Politics & Government

Foreigners must provide social media accounts to enter U.S.

National security officials think examining social media profiles of people entering the U.S. will help identify extremist threats.
National security officials think examining social media profiles of people entering the U.S. will help identify extremist threats. Creative Commons

Foreign travelers will now be asked to provide links to their social media accounts before they enter the U.S. after the government implemented a new policy designed to identify “potential threats” on Tuesday.

The request to provide links to accounts on Facebook, Twitter, YouTube, Instagram, Google+ and LinkedIn is optional. But privacy advocates and some technology companies oppose the move on the grounds it violates civil liberties and freedom of expression.

The new policy, which was originally proposed this summer, was adopted Dec. 19 for people arriving via the visa waiver program. That program allows travelers from 38 countries to enter in the country without a visa. They apply through the Electronic System for Travel Authorization, which now asks about social media accounts in its online form.

“Enter information associated with your online presence, including the types of online platforms, applications and websites that you use to collaborate, share information and interact with others as well as username(s) associated with those accounts,” the form asks, noting that providing the information is “OPTIONAL.”

The government hopes the program will give officials more information about people who want to enter the U.S. and that examining their electronic life could provide clues to potential terrorist or extremist threats. Following the terrorist attack in San Bernardino last December, critics derided national security officials for failing to catch extremist postings from one of the attackers who had arrived in the country on a marriage visa.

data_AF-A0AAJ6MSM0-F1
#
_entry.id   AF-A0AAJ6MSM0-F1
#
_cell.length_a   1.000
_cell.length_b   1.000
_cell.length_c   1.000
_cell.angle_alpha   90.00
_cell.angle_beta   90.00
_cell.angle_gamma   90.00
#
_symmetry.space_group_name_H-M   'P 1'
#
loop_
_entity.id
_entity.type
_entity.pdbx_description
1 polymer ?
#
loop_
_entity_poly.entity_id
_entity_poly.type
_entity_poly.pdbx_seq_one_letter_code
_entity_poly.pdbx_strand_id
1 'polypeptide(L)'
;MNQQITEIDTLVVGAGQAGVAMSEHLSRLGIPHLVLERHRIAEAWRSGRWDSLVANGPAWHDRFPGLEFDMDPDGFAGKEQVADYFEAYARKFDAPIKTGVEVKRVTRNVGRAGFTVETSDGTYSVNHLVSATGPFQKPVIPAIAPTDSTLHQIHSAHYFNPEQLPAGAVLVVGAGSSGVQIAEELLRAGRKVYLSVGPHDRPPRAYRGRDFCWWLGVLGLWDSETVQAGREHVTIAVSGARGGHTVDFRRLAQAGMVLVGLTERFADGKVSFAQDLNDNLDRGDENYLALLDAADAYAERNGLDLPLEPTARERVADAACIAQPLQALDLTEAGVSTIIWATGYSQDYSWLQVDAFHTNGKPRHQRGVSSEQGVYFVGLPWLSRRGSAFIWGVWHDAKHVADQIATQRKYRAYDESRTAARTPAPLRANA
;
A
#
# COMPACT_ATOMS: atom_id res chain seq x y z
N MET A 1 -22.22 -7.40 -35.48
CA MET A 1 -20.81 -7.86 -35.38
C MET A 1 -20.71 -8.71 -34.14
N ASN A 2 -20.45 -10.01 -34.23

“Collecting social media data will enhance the existing investigative process and provide [the Department of Homeland Security] greater clarity and visibility to possible nefarious activity and connections by providing an additional tool set which analysts and investigators may use to better analyze and investigate the case,” the administration wrote announcing the proposed changes in the Federal Register in June.

But privacy advocates say the new measure violates privacy and there is no clear indication of how the information gathered will be used or stored.

“It is clear that an open-ended inquiry into ‘online presence’ would give DHS a window into applicants’ private lives,” a coalition of 28 civil rights and technology groups wrote in a letter in August in opposition to the proposal. “Scrutiny of their sensitive or controversial online profiles would lead many visa-waiver applicants to self-censor or delete their accounts, with consequences for personal, business, and travel-related activity.”

The group, which included the American Civil Liberties Union, the Committee to Protect Journalists and the Center for Democracy and Technology, said certain groups would face discrimination under the policy.

“The risk of discrimination based on analysis of social media content and connections is great and will fall hardest on Arab and Muslim communities, whose usernames, posts, contacts, and social networks will be exposed to intense scrutiny,” the letter said. “It also poses significant risks to journalists, whose profession requires confidentiality and whose social media networks may convey a profile that, taken out of context, could be misconstrued.”

The government said it will not deny applications of those who decline to provide their social media accounts.